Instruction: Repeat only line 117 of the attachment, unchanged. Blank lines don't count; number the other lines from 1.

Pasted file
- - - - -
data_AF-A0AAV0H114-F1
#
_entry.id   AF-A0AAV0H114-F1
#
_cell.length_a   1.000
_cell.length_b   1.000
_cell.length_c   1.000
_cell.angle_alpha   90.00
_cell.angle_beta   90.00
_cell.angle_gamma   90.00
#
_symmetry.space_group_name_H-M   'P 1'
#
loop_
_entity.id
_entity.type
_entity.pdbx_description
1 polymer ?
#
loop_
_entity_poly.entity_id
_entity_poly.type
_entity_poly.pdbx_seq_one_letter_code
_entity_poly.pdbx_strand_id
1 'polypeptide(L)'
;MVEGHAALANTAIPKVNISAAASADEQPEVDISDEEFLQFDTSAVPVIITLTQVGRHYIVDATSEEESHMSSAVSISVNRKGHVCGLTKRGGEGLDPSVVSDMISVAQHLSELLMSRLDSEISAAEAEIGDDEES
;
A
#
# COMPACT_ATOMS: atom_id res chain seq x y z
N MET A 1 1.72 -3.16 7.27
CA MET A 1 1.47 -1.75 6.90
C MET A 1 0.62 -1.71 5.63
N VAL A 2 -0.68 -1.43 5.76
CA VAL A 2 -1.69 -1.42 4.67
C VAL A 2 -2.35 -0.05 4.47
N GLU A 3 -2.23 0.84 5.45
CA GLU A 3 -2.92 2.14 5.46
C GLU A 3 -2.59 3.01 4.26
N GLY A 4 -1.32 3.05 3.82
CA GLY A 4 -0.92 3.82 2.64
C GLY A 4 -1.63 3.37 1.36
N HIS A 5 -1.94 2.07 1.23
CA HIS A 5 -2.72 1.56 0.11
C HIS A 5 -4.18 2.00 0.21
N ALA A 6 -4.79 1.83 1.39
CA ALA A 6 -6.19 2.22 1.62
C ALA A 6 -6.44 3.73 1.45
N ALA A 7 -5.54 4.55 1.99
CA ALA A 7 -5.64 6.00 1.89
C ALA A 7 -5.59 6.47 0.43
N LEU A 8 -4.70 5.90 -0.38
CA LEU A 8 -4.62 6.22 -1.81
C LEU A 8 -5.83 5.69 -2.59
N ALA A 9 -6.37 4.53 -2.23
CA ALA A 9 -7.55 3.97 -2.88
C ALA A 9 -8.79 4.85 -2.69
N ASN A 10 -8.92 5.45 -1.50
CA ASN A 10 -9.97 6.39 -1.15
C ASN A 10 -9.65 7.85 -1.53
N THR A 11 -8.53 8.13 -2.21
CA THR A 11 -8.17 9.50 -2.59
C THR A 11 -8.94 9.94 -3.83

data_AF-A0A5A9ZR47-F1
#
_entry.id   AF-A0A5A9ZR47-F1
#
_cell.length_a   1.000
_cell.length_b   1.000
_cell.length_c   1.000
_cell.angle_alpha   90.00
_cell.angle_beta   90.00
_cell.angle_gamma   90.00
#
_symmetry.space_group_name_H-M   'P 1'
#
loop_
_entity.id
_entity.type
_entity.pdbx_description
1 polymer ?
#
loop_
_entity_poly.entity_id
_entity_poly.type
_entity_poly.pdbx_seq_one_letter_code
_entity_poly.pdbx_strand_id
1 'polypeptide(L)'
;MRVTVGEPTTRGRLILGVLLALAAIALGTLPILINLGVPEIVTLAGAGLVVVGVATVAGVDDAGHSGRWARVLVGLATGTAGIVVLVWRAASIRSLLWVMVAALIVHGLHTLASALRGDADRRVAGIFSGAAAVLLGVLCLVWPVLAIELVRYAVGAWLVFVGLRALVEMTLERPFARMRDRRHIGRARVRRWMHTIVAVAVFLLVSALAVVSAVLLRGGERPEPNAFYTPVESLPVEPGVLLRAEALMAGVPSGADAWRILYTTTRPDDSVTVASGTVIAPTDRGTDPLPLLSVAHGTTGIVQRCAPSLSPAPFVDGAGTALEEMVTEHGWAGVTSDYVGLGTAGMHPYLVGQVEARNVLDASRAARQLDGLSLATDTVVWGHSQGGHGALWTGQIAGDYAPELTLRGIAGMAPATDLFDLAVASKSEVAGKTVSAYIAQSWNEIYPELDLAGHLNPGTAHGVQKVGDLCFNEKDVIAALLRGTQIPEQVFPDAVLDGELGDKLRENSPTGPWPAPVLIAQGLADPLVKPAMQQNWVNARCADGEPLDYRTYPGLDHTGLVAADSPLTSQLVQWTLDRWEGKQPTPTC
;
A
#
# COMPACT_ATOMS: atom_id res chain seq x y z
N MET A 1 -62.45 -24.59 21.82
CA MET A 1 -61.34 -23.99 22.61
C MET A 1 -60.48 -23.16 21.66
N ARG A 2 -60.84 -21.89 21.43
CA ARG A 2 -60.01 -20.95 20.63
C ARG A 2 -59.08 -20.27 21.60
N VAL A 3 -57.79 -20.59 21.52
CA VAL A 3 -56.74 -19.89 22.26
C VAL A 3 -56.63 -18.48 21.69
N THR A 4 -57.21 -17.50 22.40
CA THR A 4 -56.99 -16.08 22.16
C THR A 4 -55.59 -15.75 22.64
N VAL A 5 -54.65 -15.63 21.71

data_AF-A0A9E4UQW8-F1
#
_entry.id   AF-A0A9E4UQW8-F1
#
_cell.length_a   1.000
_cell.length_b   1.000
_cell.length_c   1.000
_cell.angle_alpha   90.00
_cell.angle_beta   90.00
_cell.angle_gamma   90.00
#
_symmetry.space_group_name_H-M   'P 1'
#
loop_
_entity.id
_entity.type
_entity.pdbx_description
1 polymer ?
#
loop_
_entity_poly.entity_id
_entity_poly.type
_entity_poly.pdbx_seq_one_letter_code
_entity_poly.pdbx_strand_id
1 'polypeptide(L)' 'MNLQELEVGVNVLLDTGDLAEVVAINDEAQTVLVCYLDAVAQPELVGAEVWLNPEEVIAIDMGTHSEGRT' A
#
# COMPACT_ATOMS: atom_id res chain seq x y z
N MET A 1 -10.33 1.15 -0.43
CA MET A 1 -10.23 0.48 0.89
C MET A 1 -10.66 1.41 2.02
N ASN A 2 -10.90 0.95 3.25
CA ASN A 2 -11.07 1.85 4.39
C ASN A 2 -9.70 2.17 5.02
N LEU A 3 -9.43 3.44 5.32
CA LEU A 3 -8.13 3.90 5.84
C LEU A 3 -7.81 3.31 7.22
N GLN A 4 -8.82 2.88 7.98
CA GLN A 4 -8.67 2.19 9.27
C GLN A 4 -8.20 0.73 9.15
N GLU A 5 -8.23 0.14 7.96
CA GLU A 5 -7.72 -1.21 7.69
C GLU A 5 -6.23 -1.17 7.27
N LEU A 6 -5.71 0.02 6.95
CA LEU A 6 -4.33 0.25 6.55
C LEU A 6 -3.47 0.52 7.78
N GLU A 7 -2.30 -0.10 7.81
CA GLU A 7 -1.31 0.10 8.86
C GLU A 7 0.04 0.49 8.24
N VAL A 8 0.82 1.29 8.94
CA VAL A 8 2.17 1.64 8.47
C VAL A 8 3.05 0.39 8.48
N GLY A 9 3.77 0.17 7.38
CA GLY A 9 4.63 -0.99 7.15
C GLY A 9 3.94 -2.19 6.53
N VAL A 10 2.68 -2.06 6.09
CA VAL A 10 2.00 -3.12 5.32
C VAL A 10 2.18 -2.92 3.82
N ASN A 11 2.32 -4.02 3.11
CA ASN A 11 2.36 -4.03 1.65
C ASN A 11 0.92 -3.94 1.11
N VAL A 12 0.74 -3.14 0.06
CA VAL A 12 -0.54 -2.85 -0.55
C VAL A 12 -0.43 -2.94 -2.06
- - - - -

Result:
#